CONCORD — The long, expensive and bitter fight over Nathan Carman’s right to a piece of his wealthy grandfather’s estate appears headed out of New Hampshire to a probate court in Connecticut.

William Michael and Simon Leeming, lawyers for three aunts contesting Carman’s rights to any of that money, confirmed Wednesday they reached a settlement with the Connecticut Department of Revenue regarding state taxes to be owed on the estate of real estate tycoon John Chakalos.

Nathan Carman

Nathan Carman

Once a South Windsor, Conn., probate judge names an executrix to carry out that settlement, they would drop a New Hampshire Supreme Court appeal regarding this estate, Michael told New Hampshire Circuit Court Administrative Judge David King in a teleconference Wednesday.

Michael said he had expected the tax settlement would have already happened by now, but the Connecticut judge had been ill.

“We wanted your honor to be aware of what the process was going to look like in the very near future,” Michael told King.

Police named Carman as a “person of interest” in Chakalos’ death in 2013.

Nathan Carman is the sole heir of Linda Carman, one of the daughters who inherited a share of Chakalos’ estate after he was killed in 2013.

Linda Carman was believed to have drowned when Carman’s fishing boat sank off the coast of Rhode Island in 2016.

Carman’s aunts, Valerie Santilli, Elaine Chakalos and Charlene Gallagher, unsuccessfully tried in a New Hampshire court to block Carman’s share of the estate, alleging he shot the 87-year-old John Chakalos in December 2013 “out of malice and greed” in his Windsor, Conn., home. The sisters also believe Nathan Carman was responsible for his mother’s death.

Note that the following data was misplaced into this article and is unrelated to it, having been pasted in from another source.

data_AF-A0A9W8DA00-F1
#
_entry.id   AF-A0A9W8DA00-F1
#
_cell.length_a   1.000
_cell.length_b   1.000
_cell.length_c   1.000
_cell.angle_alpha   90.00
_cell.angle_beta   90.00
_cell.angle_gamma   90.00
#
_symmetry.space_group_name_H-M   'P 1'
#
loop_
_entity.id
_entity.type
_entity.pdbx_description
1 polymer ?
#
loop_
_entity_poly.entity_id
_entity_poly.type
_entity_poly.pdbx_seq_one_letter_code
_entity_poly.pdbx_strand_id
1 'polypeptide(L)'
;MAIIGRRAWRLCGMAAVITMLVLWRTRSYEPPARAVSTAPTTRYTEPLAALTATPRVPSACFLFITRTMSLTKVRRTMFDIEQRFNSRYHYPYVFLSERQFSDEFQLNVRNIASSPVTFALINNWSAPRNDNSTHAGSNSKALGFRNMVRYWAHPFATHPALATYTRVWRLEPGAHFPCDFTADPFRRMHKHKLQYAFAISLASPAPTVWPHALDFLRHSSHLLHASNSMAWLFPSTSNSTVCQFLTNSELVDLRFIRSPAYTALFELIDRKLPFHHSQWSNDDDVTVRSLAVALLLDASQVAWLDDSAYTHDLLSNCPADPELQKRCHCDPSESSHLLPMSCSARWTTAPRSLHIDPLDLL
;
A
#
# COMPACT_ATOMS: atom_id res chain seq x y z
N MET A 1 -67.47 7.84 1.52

Earlier this week, lawyers for Carman asked a judge to grant him a new trial in his lawsuit that sought $85,000 of insurance money for the sinking of the boat.

Eight days after the boat sank, rescuers found Carman clinging to a life raft.

Last month, a Rhode Island judge ruled the National Liability & Fire Insurance Co. was not responsible for the policy on the boat because Carman had made “faulty repairs” that contributed to the sinking.

Judge King ruled last summer that Chakalos was not a New Hampshire resident and as a result, this estate fight didn’t belong in a New Hampshire court.

At that time of his death, Chakalos had a valid New Hampshire driver’s license, wills and trusts were entered into here and he had voted in eight different New Hampshire elections.

He also owned a mansion in Keene and had donated to many charitable groups in Cheshire County.

Chakalos’ daughters had sued in probate court here and had hoped to be able to introduce evidence during the proceeding to support their claim that Carman had killed his grandfather.

But with his ruling, King canceled plans for a three-week trial in the case and lawyers had appealed that finding to the state’s highest court.

King asked the lawyers to give a written progress report by the end of January on where the case stands.

During the teleconference Wednesday, King asked the lawyers to provide him in a month with a written report on the status of the case in Connecticut.

“I want to make sure the money in this estate is properly sent to Connecticut without any other unresolved issues,” King said.

The judge said there is a small property asset in New Hampshire. At the time of his death, Chakalos had half ownership of a condo in Hampton Beach.

According to the last financial accounting in 2018, King said the value of the total estate was $42 million.

Carman is said to be asserting his right to as much as $7 million of that total, according to documents.

Tuesday, September 29, 2020